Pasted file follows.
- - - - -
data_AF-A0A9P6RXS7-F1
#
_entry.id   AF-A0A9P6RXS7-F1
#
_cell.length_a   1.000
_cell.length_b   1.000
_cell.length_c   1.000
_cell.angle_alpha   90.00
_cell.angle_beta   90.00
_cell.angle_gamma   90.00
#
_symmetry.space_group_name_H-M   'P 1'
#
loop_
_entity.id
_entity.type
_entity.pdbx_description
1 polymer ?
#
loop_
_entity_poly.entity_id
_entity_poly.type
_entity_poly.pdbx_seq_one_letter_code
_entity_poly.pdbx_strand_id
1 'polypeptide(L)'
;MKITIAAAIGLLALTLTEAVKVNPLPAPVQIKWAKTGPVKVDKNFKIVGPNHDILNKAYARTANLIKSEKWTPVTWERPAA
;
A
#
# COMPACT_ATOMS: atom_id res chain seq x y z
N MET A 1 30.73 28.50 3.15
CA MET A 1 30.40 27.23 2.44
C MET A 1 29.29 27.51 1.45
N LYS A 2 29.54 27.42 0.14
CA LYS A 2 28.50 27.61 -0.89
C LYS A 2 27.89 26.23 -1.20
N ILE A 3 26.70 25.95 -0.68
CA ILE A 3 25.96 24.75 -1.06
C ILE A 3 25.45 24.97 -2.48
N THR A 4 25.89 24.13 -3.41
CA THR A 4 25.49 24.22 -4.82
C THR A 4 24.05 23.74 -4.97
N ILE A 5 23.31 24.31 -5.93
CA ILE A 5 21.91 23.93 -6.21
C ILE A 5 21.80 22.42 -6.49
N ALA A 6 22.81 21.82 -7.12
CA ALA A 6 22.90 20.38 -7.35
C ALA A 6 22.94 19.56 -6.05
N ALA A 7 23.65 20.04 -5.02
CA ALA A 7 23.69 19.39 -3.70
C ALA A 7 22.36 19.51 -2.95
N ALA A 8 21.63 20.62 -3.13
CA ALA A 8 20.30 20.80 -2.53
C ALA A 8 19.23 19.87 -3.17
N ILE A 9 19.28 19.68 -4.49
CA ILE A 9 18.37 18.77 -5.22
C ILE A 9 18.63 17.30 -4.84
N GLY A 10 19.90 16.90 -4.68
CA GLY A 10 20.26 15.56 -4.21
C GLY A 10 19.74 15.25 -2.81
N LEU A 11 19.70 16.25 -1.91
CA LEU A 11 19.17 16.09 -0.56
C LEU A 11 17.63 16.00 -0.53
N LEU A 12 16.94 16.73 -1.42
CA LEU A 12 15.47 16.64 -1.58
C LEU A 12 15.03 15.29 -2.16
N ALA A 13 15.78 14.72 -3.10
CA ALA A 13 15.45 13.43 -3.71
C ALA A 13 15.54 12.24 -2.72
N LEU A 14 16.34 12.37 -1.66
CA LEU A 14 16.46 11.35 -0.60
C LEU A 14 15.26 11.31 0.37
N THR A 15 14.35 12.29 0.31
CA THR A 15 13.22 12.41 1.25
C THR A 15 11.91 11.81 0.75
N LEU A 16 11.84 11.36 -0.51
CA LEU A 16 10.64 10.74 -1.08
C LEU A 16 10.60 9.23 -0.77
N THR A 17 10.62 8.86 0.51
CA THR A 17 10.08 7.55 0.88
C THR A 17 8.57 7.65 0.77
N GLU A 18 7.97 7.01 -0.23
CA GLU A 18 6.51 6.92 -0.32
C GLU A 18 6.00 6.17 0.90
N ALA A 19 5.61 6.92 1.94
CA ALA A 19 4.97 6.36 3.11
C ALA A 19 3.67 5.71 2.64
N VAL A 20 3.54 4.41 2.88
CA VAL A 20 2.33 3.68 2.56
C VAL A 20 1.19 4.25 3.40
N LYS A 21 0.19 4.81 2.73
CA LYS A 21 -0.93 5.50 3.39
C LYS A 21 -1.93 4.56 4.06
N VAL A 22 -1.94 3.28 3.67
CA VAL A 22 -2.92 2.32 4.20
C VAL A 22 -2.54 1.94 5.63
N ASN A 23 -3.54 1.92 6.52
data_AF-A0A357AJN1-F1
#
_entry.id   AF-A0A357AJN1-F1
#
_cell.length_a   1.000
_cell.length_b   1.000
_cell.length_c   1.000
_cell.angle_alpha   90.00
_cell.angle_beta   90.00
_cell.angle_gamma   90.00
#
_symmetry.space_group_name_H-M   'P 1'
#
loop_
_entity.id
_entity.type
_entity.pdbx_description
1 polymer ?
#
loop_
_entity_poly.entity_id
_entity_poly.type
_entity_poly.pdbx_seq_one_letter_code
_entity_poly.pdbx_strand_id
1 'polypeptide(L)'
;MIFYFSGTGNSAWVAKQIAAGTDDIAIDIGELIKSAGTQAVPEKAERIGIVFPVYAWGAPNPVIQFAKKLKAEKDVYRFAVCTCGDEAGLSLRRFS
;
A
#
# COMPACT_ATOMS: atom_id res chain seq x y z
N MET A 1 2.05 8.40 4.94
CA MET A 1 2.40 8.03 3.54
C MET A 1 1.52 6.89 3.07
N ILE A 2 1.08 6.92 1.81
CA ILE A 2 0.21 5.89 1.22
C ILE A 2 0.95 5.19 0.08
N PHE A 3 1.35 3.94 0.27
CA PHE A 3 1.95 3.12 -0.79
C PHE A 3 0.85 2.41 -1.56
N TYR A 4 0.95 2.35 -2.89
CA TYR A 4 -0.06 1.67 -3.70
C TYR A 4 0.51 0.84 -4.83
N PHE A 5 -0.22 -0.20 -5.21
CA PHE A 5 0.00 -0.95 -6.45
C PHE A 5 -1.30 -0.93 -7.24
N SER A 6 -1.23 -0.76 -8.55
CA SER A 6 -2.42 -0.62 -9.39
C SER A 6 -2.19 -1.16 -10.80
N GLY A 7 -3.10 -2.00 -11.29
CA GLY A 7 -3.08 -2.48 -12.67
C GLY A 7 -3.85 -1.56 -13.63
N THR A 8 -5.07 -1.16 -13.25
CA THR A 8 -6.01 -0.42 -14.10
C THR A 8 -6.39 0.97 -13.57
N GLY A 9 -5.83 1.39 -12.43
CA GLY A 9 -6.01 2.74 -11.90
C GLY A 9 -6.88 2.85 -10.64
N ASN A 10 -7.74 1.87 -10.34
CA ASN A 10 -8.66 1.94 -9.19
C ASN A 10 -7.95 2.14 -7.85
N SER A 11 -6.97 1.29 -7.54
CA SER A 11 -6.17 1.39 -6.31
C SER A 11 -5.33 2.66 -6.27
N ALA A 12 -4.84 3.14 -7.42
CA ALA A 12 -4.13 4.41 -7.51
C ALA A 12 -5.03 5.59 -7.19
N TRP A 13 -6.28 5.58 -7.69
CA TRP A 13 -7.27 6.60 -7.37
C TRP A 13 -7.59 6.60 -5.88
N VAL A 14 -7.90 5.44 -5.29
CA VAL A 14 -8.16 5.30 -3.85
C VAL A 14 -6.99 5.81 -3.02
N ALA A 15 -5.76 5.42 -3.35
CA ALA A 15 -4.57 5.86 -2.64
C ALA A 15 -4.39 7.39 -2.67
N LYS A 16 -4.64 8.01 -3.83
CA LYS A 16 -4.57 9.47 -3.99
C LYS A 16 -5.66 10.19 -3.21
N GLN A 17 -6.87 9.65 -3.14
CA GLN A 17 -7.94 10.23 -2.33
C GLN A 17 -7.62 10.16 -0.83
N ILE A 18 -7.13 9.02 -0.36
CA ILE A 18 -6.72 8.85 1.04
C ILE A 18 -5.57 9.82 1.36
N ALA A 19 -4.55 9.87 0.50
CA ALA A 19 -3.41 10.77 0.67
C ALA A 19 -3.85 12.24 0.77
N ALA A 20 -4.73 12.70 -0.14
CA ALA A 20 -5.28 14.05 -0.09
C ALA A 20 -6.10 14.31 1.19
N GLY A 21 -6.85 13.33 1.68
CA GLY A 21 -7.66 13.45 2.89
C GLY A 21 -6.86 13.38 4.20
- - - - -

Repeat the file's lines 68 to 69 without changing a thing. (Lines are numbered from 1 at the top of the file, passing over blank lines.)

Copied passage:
CA ALA A 13 15.45 13.43 -3.71
C ALA A 13 15.54 12.24 -2.72